The image above demonstrates this. Note how the head tube of the green frame is pulled back slightly toward the bottom bracket than that of the mustard frame, and sits taller above it. This represents, very roughly, the difference between Trek's H1 geometry and it's H2 geometry; or between H2 and H3; or between the Specialized Tarmac versus Roubaix; or Felt F series and AR series; or Felt AR series to Z series. You get the point.

I once fit a pro national champion to his bike who had a saddle height (BB to saddle top) of 92cm. Yes, he was tall, at 6'4", but 92cm was still a ridiculously tall saddle height. He was all legs. Did he lack for pelvic rotation? No. Did he need a position that placed less strain on his back and neck that did his teammates? No. And he didn't ride the Spring Classics! Nevertheless, he was really made for Trek's H3 geometry (featured in its Domane). Just because of his morphology. Yes, this is the same H3 geometry that not too long ago was really confined to Trek's women's bikes.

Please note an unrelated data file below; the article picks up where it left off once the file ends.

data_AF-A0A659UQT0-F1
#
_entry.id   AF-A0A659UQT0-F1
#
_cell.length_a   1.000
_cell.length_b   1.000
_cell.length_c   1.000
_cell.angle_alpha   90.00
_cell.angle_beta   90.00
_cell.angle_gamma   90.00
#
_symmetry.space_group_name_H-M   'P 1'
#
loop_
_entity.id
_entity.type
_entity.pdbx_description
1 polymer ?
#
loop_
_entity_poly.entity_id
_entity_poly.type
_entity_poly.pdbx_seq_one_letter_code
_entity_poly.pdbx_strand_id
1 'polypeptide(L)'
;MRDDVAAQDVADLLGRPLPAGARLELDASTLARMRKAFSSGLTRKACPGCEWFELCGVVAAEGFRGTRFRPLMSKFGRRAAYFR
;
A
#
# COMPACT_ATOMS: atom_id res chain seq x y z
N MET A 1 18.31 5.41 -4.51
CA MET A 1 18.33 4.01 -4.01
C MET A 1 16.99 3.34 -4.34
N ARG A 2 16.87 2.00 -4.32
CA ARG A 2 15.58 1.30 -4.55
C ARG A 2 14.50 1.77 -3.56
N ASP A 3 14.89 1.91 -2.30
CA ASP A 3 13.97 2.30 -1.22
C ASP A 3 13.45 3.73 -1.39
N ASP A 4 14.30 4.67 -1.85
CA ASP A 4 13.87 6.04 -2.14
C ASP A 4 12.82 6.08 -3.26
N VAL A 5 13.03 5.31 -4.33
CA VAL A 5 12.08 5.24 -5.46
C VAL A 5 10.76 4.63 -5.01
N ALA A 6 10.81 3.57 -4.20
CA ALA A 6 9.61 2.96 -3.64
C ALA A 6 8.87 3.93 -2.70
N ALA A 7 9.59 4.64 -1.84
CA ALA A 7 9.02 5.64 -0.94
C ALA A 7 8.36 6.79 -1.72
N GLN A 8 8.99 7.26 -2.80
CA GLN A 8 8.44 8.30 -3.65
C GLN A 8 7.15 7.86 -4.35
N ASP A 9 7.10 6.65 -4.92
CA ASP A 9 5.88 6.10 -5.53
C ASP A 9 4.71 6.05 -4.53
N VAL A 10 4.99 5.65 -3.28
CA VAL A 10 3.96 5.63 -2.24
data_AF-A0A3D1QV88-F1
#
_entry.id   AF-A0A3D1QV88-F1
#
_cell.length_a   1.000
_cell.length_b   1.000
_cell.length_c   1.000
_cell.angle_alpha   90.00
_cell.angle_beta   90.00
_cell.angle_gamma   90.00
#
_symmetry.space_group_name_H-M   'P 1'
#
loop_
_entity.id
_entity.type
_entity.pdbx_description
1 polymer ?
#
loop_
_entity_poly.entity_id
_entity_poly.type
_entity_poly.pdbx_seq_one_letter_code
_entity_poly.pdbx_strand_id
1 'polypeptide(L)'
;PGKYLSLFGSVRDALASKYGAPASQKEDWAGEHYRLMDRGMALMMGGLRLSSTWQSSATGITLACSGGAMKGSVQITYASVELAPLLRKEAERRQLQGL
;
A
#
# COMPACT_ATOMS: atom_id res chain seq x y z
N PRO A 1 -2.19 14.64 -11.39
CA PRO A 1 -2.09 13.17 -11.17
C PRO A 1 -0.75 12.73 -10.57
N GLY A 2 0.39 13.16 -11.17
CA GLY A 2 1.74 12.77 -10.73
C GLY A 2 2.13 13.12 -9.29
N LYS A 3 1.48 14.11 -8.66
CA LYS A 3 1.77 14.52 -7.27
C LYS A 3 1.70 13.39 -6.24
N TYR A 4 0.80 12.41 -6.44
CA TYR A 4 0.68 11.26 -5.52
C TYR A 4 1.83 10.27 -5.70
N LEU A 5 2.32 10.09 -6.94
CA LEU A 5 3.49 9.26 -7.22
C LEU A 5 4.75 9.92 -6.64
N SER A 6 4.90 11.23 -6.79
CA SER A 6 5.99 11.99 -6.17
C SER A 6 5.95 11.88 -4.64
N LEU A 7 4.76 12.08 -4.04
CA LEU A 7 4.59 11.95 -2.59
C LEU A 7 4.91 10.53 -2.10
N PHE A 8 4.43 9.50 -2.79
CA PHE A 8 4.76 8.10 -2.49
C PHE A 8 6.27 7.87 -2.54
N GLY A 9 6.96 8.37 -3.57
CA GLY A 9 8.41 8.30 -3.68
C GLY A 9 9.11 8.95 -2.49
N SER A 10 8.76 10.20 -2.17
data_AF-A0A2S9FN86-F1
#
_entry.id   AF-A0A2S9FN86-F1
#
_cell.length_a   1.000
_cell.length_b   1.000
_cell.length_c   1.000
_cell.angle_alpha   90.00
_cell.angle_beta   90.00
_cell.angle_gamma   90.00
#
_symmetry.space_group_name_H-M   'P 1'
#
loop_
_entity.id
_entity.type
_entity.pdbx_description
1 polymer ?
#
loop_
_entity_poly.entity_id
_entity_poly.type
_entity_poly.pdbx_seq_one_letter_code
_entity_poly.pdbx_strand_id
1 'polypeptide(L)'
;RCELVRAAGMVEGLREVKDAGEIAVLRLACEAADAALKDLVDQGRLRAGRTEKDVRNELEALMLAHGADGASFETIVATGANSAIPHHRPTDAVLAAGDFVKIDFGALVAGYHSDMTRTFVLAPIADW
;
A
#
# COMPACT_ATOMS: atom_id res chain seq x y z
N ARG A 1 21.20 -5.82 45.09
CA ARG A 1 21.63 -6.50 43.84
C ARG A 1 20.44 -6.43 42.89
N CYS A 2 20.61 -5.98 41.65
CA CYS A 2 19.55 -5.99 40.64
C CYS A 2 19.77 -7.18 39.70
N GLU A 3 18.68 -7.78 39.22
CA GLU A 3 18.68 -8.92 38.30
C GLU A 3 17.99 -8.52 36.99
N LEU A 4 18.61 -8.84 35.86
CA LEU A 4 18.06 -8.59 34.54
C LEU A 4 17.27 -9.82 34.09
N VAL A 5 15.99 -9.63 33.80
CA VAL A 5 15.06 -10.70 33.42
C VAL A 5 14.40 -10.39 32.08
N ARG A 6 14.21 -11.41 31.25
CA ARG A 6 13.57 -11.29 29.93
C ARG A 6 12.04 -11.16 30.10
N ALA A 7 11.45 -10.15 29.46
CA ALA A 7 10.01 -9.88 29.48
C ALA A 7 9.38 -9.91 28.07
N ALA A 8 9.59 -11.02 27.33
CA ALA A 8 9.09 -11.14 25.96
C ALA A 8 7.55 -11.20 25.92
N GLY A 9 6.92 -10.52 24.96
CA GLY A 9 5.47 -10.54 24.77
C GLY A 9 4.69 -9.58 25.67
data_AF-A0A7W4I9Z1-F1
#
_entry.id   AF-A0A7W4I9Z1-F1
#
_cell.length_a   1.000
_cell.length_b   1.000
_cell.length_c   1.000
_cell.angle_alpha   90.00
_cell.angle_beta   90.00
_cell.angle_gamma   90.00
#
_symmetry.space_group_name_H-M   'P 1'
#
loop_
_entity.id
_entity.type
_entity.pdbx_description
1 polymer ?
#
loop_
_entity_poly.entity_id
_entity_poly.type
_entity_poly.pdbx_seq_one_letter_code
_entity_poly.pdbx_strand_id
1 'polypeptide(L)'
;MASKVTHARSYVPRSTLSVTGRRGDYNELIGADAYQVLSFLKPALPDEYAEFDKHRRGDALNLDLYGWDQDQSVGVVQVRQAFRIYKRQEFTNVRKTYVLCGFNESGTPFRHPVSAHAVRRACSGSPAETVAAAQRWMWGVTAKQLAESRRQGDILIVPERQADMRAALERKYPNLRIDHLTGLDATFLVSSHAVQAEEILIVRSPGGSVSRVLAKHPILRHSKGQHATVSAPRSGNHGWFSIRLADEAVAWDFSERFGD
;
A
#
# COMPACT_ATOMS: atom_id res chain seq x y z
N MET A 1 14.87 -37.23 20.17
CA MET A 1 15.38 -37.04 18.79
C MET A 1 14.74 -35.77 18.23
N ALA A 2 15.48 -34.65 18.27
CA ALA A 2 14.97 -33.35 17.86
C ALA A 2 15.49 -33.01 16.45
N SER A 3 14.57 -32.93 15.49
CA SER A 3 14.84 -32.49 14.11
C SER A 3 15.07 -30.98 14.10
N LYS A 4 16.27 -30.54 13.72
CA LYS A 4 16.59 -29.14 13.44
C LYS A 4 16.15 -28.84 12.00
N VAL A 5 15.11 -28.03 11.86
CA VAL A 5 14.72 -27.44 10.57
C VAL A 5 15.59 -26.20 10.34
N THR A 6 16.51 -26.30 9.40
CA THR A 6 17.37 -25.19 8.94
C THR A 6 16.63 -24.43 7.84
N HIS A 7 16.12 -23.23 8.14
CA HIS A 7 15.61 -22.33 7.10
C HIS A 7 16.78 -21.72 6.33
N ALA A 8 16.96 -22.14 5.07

Trek – while I think it's had a difficult time finding the right way to describe its evolution away from H1-as-pro, and toward H2 and even H3 geometries for its high-performance customers – is doing it right. It's manufacturing its highest performance bikes in these newer, alternate geometries. Some companies aren't just acceding to these geometries, they're absolutely embracing them. When Cervelo had to make a decision what to do, geometrically, with its new aero road bike, it abandoned its S3 geometry and ran full speed toward its R series geometry. The S5 may seem a cousin to the downstreamed S2, but it's not. It's geometrically akin to the taller-head-tubed, narrow-cockpitted R3. I get the distinct feeling Cervelo thinks it sees the future, and that future is away from "aggressive" geometries that almost invariably end up with a tall stack of spacers under the stem when the bike leaves the showroom floor.